Gold back in vogue as prices gain momentum
For much of this year, rising inflation has been bad news for gold. Now it’s giving the metal a shot in the arm.
While bullion is often bought as a way to protect wealth when consumer prices are climbing, this year’s inflation had weighed on the metal as investors bet that it would spur the Federal Reserve to scale back huge stimulus measures. But with the Fed determined to keep rates low while unemployment remains elevated, worries about out-of-control inflation are boosting gold’s allure.
That was clear on Wednesday, when gold jumped to break out of a 15-month downtrend after data showed U.S. consumer prices rose the fastest since 1990. On Thursday, spot prices rose as much as 0.9%, before paring some of the gain.
Inflation “is not transitory,” said Nicky Shiels, head of metals strategy at MKS (Switzerland) SA. “It’s injected some bullish momentum. That’s a change from the previous ‘thinking’ since the Fed’s taper threat is out of the way.”
Gold’s recent rally shows that the market doesn’t expect the Fed — which last week announced the pace of its bond-buying tapering — to do much more to tackle inflation right now. That’s creating a Goldilocks environment for the metal, where inflation erodes bond yields that are kept in check by stimulus measures, burnishing the appeal of non-interest bearing assets like gold.
Bullion had slumped below $1,700 an ounce by mid-August — taking its decline from 2020’s record high to about 19% — on worries about Fed tightening. Prices were up 0.6% at $1,859.99 an ounce by 11:18 a.m. in New York, near the highest since June.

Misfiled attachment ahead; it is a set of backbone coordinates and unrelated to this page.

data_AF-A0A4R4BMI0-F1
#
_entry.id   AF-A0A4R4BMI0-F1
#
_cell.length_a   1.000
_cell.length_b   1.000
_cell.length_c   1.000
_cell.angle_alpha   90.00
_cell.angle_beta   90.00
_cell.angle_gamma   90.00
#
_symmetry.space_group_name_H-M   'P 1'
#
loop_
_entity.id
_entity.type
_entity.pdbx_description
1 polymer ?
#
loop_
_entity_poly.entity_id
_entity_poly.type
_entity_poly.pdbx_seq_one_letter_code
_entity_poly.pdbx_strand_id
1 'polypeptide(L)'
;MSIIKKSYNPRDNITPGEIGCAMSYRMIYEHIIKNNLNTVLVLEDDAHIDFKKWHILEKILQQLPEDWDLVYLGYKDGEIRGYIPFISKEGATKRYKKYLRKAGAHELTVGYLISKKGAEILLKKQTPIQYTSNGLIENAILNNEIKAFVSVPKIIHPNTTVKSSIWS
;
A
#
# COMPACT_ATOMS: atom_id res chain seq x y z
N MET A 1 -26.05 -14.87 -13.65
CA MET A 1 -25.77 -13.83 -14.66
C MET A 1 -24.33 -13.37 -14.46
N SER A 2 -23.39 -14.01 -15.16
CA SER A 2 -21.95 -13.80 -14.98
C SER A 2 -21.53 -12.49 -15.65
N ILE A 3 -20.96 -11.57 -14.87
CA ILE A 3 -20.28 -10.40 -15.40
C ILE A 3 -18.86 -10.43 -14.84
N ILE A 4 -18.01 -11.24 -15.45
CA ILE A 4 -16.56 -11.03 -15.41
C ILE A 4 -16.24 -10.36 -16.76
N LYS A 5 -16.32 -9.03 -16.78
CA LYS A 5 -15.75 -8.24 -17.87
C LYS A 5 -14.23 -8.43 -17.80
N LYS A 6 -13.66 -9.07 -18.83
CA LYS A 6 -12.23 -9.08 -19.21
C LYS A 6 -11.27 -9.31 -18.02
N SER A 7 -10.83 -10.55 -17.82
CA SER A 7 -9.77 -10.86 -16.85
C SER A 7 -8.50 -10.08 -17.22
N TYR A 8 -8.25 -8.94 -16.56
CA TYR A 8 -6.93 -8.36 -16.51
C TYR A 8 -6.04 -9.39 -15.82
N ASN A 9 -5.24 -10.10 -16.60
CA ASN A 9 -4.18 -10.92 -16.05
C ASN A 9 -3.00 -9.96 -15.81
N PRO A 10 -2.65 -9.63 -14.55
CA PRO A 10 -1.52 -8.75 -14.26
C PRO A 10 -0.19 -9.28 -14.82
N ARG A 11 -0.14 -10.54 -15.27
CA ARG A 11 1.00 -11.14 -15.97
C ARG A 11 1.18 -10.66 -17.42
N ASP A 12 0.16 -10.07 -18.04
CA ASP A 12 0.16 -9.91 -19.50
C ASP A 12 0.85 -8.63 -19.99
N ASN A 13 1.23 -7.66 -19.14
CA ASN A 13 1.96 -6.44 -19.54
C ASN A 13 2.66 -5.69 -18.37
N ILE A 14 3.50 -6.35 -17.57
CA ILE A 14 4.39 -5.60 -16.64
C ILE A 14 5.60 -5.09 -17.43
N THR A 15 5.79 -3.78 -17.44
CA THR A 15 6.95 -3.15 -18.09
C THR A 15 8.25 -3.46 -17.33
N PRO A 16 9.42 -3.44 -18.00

To be sure, the metal was trading just below a key resistance level before Wednesday’s U.S. inflation report and some of the gains may have been driven by technical buying. Attention now turns to any comments from Fed officials about how they may react to the print.
“We expect the Fed will signal a quicker pace of taper at” next month’s meeting, said Aakash Doshi, an analyst at Citigroup Inc. Short-duration bond markets are pricing in faster rate hikes, “possibly alluding to only a temporary or slow bid for gold into the winter,” he said.
In contrast to prices, buying through exchange-traded funds remains muted, with holdings near the lowest since May 2020. More purchases may be needed to keep the latest rally intact.
It’s not just the U.S. seeing inflation accelerate. Data also show prints in China, Japan and Germany climbing the fastest in decades, and there are signs that’s sparking fresh physical demand for gold.
“German private investors have already reacted to the recent higher inflation rates with rising demand,” said Alexander Zumpfe, a senior trader at refiner Heraeus Metals Germany GmbH & Co. “We are observing a significant increase in buying interest for gold bars.”